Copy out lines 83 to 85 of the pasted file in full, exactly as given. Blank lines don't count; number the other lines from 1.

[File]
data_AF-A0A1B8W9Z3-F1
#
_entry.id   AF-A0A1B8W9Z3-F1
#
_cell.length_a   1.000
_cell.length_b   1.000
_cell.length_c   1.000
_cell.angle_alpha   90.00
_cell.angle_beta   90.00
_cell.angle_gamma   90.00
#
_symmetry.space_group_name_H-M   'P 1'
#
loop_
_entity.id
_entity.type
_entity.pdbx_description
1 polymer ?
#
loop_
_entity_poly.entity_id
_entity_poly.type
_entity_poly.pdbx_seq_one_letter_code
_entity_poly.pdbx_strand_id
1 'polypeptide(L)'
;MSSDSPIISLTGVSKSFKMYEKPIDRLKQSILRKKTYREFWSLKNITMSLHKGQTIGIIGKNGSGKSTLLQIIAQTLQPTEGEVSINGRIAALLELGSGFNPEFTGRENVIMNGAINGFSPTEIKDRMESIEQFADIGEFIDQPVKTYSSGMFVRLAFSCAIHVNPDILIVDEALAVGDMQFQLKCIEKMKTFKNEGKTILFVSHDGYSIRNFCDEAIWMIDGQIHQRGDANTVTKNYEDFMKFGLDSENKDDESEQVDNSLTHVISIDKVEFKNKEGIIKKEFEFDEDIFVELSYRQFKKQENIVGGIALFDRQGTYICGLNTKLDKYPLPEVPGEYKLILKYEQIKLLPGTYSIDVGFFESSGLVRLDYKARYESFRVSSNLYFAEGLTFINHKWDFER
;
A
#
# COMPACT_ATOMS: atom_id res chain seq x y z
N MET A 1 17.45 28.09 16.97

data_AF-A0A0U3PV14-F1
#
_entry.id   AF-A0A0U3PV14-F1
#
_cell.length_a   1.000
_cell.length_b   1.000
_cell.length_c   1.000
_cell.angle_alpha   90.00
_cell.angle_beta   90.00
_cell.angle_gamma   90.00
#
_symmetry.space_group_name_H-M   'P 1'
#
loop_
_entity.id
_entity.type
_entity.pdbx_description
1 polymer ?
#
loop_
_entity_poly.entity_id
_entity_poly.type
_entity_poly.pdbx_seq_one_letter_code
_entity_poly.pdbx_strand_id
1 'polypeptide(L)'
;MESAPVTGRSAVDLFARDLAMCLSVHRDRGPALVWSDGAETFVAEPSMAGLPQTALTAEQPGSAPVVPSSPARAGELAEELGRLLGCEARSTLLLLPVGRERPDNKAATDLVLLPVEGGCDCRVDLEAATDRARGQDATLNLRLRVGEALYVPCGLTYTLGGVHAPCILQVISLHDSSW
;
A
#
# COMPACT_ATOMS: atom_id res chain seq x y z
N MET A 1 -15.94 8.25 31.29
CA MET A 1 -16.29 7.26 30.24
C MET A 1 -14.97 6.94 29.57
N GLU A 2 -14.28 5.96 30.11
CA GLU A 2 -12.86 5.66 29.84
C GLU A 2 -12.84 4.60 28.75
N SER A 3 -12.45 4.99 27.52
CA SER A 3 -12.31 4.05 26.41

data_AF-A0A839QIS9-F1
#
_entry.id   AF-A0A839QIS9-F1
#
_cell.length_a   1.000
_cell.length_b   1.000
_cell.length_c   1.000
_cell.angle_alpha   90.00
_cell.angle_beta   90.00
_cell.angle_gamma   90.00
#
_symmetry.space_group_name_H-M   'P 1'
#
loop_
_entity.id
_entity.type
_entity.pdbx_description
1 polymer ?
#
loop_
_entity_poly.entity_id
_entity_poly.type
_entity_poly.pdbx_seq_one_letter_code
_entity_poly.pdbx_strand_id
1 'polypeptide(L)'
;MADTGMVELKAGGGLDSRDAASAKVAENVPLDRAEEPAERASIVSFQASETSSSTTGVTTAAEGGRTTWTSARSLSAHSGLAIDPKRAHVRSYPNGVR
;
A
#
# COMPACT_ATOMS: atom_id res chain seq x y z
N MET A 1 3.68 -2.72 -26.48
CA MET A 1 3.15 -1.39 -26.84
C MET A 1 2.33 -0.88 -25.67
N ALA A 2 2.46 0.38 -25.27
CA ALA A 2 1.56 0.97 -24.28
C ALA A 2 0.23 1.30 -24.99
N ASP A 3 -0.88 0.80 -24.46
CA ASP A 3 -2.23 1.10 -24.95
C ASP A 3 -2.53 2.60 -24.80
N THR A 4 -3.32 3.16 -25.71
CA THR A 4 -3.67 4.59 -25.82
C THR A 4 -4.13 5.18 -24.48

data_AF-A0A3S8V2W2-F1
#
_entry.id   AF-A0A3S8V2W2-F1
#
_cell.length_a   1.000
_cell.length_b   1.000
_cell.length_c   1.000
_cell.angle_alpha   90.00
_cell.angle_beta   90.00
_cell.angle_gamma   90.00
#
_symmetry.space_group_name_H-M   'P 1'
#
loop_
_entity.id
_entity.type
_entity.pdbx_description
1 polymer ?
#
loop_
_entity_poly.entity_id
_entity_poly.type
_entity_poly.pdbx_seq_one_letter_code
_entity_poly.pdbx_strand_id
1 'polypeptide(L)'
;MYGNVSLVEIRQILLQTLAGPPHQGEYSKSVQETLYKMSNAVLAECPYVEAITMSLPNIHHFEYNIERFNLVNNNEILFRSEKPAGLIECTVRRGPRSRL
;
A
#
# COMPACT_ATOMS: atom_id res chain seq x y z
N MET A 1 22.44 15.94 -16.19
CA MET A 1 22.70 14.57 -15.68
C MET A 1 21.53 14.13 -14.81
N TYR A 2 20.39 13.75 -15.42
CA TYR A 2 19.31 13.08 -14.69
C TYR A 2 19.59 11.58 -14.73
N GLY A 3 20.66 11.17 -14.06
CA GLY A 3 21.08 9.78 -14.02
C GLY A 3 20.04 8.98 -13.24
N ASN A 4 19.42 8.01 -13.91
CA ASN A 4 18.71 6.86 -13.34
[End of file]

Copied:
loop_
_entity.id
_entity.type